October can be a frightening month, and not just because of Halloween. In two years, the October deadline for EMV card acceptance will hit, leaving most merchants on the hook for fraud if they have not begun accepting smart-chip cards.

The liability shift "is going to be really scary for the merchants out there," says John Yarmy, senior vice president of partner programs at Vantiv.

Once big retailers such as Walmart and CVS start transitioning to EMV, independent sales organizations will have an easier time selling EMV products to smaller merchants, he says.

Yarmy and others discussed EMV adoption at the Western States Acquirers Association conference in San Francisco, Calif., last week.

ISOs must keep a simple sales pitch for EMV, focusing on the benefits for the merchant, says Andy Chau, president and CEO at PAX Technology Inc.

Countries that have switched to EMV chip-cards have seen decreased instances of card-present fraud, and have established EMV as a foundation for payments based on Near Field Communication technology.

Acquirers have already passed an April 1 deadline for accepting EMV smart-cards.

Since last year, more banks have started issuing EMV cards, says John Badovinac, senior manager of acquirer relations at Discover Financial Services. By 2015, there will be an estimated 255 million EMV cards issued in the U.S., he says.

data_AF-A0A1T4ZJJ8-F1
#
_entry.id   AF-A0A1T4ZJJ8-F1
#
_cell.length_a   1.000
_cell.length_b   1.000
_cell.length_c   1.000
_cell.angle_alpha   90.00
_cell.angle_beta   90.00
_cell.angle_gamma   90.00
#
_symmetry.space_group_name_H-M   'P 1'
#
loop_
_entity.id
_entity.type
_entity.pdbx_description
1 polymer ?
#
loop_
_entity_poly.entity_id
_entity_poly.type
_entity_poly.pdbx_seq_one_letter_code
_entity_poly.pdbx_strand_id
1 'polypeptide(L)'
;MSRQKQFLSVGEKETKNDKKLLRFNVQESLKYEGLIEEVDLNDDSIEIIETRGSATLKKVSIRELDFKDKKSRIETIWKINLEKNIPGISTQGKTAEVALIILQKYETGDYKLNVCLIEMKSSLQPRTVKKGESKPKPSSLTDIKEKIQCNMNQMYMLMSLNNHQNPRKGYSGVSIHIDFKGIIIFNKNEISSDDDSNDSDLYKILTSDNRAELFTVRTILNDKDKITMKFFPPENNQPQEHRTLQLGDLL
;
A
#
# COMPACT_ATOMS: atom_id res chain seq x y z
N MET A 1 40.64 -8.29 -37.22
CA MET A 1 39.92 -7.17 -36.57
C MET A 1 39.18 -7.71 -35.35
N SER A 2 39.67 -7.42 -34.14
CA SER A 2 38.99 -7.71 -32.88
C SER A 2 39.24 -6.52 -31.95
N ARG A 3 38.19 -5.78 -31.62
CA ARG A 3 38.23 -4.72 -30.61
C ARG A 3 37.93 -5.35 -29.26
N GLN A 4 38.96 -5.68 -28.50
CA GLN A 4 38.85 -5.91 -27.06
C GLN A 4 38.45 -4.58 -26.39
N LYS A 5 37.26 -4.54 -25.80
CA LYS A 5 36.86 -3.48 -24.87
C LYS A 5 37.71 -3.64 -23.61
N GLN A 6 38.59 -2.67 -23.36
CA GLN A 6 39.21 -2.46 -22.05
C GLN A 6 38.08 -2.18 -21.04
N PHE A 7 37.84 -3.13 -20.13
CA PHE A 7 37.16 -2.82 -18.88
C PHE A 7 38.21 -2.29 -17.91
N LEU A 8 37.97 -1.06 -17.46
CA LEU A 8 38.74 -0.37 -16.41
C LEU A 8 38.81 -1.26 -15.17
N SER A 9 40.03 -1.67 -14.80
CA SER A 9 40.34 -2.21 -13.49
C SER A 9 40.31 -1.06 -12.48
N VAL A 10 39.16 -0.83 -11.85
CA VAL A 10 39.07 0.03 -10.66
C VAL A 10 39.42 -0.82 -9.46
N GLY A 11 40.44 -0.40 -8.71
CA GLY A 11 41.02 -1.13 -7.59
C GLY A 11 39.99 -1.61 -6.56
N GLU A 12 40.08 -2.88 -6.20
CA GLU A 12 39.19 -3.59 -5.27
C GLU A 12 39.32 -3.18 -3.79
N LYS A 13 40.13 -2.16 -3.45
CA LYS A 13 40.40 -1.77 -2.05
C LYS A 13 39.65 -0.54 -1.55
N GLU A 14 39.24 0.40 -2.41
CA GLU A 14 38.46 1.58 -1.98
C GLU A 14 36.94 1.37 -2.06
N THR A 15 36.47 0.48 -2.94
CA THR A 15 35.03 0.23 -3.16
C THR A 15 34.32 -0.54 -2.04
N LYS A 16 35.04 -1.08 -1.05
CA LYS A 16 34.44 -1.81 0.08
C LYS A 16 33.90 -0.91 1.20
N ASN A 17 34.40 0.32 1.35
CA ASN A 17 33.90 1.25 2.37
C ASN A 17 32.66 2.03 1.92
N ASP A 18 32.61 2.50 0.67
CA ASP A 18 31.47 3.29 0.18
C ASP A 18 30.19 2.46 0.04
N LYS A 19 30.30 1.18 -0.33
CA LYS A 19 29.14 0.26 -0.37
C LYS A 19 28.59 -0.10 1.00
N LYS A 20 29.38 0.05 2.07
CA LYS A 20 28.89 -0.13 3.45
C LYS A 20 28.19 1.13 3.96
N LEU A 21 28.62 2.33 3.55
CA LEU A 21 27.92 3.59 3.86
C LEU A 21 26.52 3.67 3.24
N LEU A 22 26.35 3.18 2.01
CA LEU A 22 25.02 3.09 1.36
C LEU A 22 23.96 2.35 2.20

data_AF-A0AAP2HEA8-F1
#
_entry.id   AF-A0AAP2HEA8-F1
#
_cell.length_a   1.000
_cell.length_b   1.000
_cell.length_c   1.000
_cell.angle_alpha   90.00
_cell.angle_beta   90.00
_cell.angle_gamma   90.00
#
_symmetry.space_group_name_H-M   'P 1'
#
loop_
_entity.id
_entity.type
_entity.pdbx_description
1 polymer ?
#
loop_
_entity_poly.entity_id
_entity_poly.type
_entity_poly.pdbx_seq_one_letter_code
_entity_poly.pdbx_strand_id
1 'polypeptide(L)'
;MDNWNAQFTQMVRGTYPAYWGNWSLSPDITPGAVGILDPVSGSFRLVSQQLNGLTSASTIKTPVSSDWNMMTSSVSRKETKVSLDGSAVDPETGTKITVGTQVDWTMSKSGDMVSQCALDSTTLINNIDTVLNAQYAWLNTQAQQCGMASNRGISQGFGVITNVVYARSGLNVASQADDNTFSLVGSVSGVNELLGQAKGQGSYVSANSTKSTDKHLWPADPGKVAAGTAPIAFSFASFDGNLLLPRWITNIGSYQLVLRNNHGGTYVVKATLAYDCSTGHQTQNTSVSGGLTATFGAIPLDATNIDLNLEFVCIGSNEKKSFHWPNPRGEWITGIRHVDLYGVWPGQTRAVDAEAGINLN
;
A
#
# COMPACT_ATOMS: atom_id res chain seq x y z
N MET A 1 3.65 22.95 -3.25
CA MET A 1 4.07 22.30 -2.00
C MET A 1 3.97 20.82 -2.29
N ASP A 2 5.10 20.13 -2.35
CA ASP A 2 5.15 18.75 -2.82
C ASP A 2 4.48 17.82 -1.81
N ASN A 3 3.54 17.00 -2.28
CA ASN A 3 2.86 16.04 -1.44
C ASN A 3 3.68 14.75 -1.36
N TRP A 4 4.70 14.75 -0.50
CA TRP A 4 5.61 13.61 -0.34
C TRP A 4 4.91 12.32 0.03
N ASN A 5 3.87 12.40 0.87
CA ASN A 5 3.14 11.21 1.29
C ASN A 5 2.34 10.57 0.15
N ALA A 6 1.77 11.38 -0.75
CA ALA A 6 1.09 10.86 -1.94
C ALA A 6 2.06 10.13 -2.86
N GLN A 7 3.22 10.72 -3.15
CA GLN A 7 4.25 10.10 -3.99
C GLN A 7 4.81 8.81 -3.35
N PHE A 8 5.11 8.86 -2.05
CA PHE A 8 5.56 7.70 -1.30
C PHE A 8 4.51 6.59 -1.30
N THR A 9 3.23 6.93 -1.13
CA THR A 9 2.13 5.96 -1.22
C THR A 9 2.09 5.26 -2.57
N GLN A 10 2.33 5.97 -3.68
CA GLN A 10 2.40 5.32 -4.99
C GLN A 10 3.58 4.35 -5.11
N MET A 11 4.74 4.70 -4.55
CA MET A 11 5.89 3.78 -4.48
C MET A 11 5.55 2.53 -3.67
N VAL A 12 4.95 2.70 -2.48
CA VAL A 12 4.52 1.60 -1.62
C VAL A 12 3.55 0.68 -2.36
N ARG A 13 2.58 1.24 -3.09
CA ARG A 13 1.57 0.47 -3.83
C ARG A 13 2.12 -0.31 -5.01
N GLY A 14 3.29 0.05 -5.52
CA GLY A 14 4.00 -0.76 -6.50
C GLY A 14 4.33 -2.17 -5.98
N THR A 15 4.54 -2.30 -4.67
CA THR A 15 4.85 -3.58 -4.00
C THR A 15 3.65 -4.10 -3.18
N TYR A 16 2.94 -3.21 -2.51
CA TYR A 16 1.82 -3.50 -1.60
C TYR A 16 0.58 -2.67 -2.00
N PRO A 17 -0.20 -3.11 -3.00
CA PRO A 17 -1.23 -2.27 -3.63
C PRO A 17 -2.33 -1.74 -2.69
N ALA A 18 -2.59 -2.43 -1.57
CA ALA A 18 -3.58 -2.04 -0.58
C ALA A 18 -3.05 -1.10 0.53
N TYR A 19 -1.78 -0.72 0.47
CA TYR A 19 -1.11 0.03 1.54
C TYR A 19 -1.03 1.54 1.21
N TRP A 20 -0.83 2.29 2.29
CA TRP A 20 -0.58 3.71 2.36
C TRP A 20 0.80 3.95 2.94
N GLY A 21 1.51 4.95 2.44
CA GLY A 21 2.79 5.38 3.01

Cardholder education will come later, says Badovinac.

Another issue is the implementation of the Durbin Amendment, says Badovinac. The Durbin rule allows merchants a choice of how to route debit transactions — but the EMV standard was not originally built to accommodate that, he adds.

The U.S. has some advantages in that it can learn from other countries' experiences.

As EMV thwarted card-present fraud, many countries have seen an uptick in card-not-present (online or mobile commerce) fraud, Badovinac says.

But Badovinac says several companies are trying to keep fraudsters from hacking into e-commerce activities by creating card-present online transactions.

For example, a recent idea was using NFC to allow consumers to tap a card to the computer screen when shopping online. This turns the usual card-not-present transaction into a card-present payment which is protected by EMV technology.

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